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Age estimates for FGC23343 subclades

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  • Age estimates for FGC23343 subclades

    I recently received results for a BigY700 kit I manage for a relative. Comparing these results to block trees at FTDNA, the Big Tree and YFull, I'm staring to get an appreciation for some of the complexities in estimating Most Recent Common Ancestors ("MRCAs"). I think the biggest problem for outside projects is ensuring full comparability of kit resolutions, but even the testing companies themselves seem to sometimes get stymied by no-calls, etc. One universal problem that I don't think is going to be simply and definitively resolved any time soon is arriving at an average mutation rate. Unless we're talking about a relatively recent MRCA with a large number of matching donors, age estimates are necessarily going to remain somewhat speculative.

    FGC23343 has yet another weird problem that I'm not sure I completely understand. One subclade (i.e., FGC28370) has an abnormally large number of mutations recorded within its defining blocks--like twice as many as the next largest branch. How could this happen? I can only guess that it has something to do with a difference in test resolution among individual kits, but the magnitude still seems astounding to me. I know there was one SNP (i.e., FGC62822) that was recently allocated out of FGC28370 to FGC23343, probably due to some kind of low-coverage induced no-call situation, but I can't imagine too many more such "corrections" to the tree in the near future.

    But I think I've come up with a solution to these dating problem that produces some pretty reasonable estimates. Below are my current guesses, based on a normalization algorithm that adjusts the reported number of SNPs based on the average number of SNPs among the lineages under FGC23343, and an assumed 85 year mutation rate.
    Est. birth year Clade
    250 A.D. FGC23343
    304 A.D. FT372222
    537 A.D. BY97678
    1430 A.D. FGC28370
    1462 A.D. Y74676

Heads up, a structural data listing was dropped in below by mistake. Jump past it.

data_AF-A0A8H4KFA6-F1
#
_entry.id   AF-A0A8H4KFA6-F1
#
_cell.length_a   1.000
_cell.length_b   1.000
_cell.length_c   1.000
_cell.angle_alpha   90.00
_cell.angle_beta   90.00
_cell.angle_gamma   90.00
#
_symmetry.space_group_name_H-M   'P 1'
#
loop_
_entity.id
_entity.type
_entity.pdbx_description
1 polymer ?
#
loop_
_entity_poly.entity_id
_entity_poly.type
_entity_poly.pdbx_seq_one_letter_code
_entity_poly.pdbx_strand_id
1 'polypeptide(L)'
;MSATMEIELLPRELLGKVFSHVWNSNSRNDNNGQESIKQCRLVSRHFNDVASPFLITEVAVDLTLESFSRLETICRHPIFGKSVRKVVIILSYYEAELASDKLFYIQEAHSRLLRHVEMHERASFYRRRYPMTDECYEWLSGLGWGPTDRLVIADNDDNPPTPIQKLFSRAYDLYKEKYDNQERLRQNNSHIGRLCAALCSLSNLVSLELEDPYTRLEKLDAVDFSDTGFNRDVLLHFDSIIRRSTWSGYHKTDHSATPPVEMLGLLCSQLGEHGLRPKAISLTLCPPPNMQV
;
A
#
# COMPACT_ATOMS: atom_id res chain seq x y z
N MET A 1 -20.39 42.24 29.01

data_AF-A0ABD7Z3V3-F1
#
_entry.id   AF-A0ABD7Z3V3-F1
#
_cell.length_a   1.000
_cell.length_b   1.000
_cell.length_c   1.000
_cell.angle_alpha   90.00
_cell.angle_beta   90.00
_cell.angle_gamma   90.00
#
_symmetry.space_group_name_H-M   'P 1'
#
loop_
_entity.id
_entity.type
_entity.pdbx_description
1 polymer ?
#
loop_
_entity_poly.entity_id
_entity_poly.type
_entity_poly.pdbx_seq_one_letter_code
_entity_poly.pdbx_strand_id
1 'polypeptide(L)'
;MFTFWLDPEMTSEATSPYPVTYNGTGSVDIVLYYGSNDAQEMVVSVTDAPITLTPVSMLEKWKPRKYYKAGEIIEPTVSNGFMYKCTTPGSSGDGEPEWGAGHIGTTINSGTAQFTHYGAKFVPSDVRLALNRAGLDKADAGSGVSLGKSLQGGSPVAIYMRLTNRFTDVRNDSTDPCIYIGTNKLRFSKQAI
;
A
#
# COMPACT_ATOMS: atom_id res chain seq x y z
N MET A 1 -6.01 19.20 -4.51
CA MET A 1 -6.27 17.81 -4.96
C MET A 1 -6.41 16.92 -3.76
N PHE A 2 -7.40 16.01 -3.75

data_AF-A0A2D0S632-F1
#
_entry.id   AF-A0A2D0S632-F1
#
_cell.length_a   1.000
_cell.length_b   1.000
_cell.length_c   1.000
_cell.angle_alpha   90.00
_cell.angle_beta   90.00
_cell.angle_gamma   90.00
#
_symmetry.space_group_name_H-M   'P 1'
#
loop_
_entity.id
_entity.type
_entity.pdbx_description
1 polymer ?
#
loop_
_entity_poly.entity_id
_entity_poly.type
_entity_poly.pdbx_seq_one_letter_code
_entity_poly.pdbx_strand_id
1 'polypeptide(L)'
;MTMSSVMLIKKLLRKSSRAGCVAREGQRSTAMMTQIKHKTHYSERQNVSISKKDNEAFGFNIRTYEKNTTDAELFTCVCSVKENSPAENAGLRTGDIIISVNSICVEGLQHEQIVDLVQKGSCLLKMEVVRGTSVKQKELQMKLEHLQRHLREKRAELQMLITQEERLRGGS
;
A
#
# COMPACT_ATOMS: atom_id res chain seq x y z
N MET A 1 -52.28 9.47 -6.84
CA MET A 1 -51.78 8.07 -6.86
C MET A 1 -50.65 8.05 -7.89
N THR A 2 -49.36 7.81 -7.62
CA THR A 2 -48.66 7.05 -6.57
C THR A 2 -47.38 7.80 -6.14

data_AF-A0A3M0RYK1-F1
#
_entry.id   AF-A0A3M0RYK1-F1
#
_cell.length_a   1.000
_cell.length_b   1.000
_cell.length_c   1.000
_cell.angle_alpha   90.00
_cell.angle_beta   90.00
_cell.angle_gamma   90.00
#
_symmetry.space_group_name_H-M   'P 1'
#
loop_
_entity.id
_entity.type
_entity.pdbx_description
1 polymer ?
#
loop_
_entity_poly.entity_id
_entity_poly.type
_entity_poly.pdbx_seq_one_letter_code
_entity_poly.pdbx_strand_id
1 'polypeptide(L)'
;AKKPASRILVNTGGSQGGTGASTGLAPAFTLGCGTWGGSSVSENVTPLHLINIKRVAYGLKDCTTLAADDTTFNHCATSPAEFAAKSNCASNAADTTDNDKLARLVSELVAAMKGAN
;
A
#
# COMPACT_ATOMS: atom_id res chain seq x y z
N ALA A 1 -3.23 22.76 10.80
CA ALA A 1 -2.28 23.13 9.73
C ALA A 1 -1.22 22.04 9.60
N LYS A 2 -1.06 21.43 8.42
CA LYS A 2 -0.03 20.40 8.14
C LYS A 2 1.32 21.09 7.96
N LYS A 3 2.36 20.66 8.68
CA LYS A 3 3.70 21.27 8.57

1647 A.D. FGC28369

    Luckily, some of these dates are recent enough, and supported by STR profiles so as to allow some sort of tests to corroborate. I haven't yet exhausted all such possibilities, but preliminarily I can say that the mid-points of my normalized SNP-based curve and the STR curve for FGC28370's MRCA are only 30 years apart, per the McGee Y Utility and the McDonald Y DNA calculator. The confidence intervals for some of these estimates can be pretty shocking, but the MRCA dates seem to hold together with a coherence that I haven't seen in any other estimates. Seems like a good step forward in analyzing a tricky case.

  • #2
    This selection from a Wikipedia overview of the history of the Vascones tribe puts some of these dates in an interesting context. At just about the same point in time that Adolf Schulten suggested the Vascones were expanding from Navarre west into Spain and north into Aquitaine, FGC23343 and its earliest clades are spreading into precisely these areas.


    "During this period, after the time of Ptolemy and contemporary to the times of instability caused by the Germanic invasions, the documents about the Vascones and other tribes of the northern Iberian Peninsula are scarce, and as a result there is little information about the Vascones during this time.

    The Visigothic Kingdom circa 560. The Vascones and Varduli in the north.

    The chronicler John of Biclaro (c. 540 - after 621) mentions the Vascones in a story about the foundation of the city of Victoriacum by the Visigoth king Liuvigild[13] and Gregory of Tours (538-594) mentions the incursions of Wascones in Aquitaine during the year 587.[14] From these extracts and being the neighboring tribes absent in the historiography, Adolf Schulten (1870-1960) proposed the theory according to which at some point between the mid-2nd Century and late 4th Century, took place an enlargement of the territory of the Vascones, first in the west, occupying the lands of the Caristii, Varduli and Autrigones,[15] and later in the north in Aquitaine.[16][full citation needed] Schulten considers this to be the reason for the adoption of the name Gascony, which derivates from Gascon, which comes from Vascon, and used to denominate a region that includes the present-day Northern Basque Country.